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Antonio Banderas probably never dreamed that his character of Puss, which was first introduced in Shrek 2, would take him down a magical road that is making a huge stop at the end of this year with the premiere of his own starring role as Puss in Boots.

We were part of a small group of bloggers and media invited to get a sneak peek of the first hilarious 13 minutes of the film which basically gives you the legendary story of Puss before he meets Shrek and Donkey. A prequel of sorts.

What we got to see had all the Latina bloggers cracking up because of the very Latino-feel and vibe of the movie. Flamenco-dancing felines in a cat fight inside a Spanish cave are always fun to watch! Adding to the Latino-ness of the movie are Salma Hayek, in the role of the very sexy Kitty, and the superb Guillermo del Toro heading this Dreamworks animated film as Executive Producer.

Puss in Boots Antonio BanderasAfter the film preview, we got the chance to stalk chat with Antonio Banderas and Guillermo del Toro. Of course, I wouldn’t pass up the chance to talk to them about my favorite subject of all: bilingual and bicultural upbringings. We loved to know that his daughter, Stella Banderas, speaks Spanish and is completely bilingual!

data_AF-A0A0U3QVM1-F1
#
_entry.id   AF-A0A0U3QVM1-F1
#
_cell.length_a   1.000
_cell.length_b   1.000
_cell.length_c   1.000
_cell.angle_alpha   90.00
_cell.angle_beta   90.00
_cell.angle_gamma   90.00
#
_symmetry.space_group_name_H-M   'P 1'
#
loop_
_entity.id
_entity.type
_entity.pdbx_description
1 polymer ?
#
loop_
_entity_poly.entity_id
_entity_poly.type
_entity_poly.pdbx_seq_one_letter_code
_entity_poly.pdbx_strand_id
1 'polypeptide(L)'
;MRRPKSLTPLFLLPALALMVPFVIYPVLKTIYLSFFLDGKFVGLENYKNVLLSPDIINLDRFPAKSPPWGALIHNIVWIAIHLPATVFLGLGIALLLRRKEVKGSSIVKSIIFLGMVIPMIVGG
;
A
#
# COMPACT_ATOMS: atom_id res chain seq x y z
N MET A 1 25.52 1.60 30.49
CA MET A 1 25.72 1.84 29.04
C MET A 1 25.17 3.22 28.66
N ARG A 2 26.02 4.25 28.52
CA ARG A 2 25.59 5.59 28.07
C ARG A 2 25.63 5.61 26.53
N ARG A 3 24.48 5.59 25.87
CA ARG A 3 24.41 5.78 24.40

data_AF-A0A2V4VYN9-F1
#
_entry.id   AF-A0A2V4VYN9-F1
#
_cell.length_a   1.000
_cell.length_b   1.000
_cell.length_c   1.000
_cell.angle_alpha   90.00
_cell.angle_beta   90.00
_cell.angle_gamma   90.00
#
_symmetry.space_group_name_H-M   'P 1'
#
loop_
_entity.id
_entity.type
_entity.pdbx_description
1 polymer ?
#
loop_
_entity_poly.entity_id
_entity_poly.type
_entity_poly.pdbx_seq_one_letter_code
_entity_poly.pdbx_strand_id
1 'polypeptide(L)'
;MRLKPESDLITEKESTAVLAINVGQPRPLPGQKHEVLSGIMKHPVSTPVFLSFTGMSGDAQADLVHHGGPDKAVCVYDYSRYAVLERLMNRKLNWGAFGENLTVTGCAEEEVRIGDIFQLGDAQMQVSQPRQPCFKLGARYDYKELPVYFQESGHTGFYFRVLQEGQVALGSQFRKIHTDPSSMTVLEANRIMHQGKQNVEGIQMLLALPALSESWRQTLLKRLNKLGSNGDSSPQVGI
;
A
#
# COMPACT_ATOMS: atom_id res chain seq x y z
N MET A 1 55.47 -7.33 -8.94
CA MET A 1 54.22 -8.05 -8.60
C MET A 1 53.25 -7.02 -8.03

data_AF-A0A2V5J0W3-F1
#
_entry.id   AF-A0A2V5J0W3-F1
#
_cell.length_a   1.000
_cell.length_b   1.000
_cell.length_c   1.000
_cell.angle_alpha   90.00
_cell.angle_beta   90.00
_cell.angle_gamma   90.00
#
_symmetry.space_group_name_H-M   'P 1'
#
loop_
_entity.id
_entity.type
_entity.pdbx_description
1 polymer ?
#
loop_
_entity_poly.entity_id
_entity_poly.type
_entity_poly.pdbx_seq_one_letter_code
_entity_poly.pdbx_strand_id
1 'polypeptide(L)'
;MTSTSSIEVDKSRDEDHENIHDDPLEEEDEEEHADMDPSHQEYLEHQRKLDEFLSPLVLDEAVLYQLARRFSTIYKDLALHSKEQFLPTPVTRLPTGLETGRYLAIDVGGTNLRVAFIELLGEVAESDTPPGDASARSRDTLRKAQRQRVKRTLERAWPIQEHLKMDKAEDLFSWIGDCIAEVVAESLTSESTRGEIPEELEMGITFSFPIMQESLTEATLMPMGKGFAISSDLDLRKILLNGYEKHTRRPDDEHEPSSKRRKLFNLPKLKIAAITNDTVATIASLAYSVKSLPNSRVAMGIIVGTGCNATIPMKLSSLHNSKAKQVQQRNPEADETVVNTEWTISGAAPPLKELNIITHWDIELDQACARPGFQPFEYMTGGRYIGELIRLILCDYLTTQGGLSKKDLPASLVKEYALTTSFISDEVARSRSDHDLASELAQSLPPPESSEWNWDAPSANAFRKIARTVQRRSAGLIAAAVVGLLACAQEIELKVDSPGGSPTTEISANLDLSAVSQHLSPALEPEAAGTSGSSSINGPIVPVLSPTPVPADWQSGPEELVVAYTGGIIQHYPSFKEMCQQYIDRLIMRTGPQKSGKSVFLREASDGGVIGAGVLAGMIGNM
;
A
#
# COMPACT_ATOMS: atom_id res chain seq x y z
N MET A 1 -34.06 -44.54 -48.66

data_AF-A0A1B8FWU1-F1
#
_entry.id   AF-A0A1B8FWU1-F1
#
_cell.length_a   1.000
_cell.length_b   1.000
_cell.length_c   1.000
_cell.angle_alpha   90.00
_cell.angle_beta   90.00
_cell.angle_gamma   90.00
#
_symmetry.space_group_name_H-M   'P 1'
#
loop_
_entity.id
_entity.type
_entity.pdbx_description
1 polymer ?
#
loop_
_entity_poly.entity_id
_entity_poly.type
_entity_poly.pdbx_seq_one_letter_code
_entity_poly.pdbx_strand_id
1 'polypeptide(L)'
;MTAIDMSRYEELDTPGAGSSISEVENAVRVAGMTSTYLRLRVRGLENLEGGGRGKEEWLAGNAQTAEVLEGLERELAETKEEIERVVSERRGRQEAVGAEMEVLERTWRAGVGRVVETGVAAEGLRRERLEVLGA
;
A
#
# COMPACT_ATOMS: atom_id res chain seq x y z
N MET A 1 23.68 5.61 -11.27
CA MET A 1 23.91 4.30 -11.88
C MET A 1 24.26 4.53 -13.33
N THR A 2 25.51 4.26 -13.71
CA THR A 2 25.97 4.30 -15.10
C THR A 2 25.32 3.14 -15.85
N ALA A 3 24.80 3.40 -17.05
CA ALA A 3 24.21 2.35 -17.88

We were told that we could not record video.  Obedient as I am, I was only recording audio during my question, and then I saw that everyone had their video cameras out! So, the most important answer is audio-only (!), but I was able to get a bit more of video for your Banderas-viewing enjoyment. Can’t keep that moment all to myself! (And if you needed to know: Sí, ¡es bien guapo!)

Below is a transcript of the audio-only portion where Antonio Banderas answers when I asked him how important it was to him that his daughter, Stella del Carmen, be raised bilingually and that we all strive to do so:  (Scroll up for the full interview and down for the first official trailer of Puss In Boots.)

That’s something that I start with my own daughter. It’s cultural. It’s not the same to read Gabriel García Marquez in Spanish, than to read a translation in English.  The subtleness of the language is there, you know.  So for me it’s very important that she’s connected with a world that she belongs to and it expands your mind. Even for Americans, I would tell them to learn Spanish, too. I think for me it has been very important to also learn English because it gave me possibilities in another language. Not only working for somebody, which it did, obviously, but also cultural possibilities. To read, in this case, Fitzgerald, for example, in its own language which is an unbelievable, beautiful experience. So, yes, I recommend for everybody to have the possibility to actually open themselves to different languages because you understand not only just the language, you  understand the character of the people which is related to that.

Puss In Boots Movie Trailer


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